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Taikun OCP Guide

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AMD SEV (Secure Encrypted Virtualization)

20.0.0 (Train)

Secure Encrypted
Virtualization (SEV)
is a technology from AMD which enables the
memory for a VM to be encrypted with a key unique to the VM. SEV is
particularly applicable to cloud computing since it can reduce the
amount of trust VMs need to place in the hypervisor and administrator of
their host system.

Enabling SEV

First the operator will need to ensure the following prerequisites
are met:

  • Currently SEV is only supported when using the libvirt compute
    driver with a libvirt.virt_type of kvm
    or qemu.
  • At least one of the Nova compute hosts must be AMD hardware capable
    of supporting SEV. It is entirely possible for the compute plane to be a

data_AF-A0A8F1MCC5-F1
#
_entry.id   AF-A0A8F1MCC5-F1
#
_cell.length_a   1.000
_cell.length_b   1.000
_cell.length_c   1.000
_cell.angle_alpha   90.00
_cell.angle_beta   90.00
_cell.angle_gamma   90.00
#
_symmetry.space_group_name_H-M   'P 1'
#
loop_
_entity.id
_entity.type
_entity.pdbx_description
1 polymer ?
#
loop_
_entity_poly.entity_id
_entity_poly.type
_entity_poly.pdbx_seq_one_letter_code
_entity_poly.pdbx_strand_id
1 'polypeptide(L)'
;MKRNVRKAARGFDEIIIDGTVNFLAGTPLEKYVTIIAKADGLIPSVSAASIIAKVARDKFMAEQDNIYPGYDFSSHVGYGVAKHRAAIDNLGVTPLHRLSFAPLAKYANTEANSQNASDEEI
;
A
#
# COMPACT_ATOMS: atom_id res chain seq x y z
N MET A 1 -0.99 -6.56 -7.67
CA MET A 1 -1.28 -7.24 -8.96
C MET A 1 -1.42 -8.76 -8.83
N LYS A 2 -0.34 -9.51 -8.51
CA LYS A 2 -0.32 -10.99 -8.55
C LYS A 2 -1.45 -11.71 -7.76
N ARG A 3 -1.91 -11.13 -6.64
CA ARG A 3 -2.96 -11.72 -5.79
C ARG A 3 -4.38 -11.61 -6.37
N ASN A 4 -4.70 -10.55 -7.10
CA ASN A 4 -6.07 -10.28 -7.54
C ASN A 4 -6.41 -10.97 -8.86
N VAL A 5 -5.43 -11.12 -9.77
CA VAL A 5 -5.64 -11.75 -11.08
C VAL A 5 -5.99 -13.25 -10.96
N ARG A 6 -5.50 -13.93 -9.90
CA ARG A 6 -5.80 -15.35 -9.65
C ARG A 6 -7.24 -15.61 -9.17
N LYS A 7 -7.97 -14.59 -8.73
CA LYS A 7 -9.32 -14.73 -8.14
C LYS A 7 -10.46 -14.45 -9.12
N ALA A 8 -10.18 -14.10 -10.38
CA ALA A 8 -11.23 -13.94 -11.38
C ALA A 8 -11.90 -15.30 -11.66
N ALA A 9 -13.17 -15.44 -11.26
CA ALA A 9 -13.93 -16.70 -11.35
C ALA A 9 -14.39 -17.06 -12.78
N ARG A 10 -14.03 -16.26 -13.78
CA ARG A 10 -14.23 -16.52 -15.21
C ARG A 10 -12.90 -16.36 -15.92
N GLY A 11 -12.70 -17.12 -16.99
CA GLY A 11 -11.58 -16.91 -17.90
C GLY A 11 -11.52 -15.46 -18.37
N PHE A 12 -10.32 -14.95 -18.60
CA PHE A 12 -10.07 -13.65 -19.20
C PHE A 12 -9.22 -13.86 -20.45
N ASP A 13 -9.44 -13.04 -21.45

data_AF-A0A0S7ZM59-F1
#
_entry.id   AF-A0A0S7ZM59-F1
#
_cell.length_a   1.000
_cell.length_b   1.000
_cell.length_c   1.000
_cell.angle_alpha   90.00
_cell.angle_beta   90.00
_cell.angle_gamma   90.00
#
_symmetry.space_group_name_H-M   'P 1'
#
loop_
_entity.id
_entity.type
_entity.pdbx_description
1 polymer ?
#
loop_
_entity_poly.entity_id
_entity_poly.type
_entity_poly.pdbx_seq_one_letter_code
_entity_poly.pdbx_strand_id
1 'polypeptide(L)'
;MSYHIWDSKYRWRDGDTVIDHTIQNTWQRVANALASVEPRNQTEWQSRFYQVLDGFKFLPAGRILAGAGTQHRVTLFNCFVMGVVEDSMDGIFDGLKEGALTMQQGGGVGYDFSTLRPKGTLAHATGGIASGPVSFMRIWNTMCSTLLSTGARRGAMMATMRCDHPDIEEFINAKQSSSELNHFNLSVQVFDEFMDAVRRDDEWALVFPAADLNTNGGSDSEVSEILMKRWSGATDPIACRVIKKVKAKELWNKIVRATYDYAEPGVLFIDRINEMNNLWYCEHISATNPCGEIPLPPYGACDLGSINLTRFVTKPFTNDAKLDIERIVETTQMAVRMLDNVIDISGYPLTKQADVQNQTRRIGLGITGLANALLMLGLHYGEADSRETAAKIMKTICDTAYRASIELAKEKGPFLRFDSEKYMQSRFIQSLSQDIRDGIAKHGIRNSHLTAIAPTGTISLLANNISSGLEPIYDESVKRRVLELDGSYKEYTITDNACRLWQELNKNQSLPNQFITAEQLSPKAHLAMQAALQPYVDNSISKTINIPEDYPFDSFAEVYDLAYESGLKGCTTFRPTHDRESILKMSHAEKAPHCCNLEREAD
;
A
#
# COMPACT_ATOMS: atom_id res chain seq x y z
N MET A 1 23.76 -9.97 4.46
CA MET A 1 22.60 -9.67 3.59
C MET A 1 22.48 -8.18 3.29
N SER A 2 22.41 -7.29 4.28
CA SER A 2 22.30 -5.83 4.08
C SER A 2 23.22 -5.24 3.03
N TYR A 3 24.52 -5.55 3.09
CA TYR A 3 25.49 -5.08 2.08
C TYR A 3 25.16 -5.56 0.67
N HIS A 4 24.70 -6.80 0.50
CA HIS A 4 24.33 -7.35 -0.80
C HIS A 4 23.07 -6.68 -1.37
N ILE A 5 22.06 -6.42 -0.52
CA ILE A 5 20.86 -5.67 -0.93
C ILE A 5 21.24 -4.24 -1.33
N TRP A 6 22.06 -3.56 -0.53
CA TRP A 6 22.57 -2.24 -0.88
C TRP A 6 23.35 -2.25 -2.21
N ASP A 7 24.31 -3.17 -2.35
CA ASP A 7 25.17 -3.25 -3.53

mix of hardware which can and cannot support SEV, although as per the
    section on Permanent limitations
    below, the maximum number of simultaneously running guests with SEV will
    be limited by the quantity and quality of SEV-capable hardware

In order for users to be able to use SEV, the operator will need to
perform the following steps:

Additionally the cloud operator should consider the following
optional steps:

  • Configure the libvirt.num_memory_encrypted_guests
    option in nova.conf to
    represent the number of guests an SEV compute node can host concurrently
    with memory encrypted at the hardware level. For example:

    num_memory_encrypted_guests = 15

    This option exists because on AMD SEV-capable hardware, the memory
    controller has a fixed number of slots for holding encryption keys, one
    per guest. For example, at the time of writing, earlier generations of
    hardware only have 15 slots, thereby limiting the number of SEV guests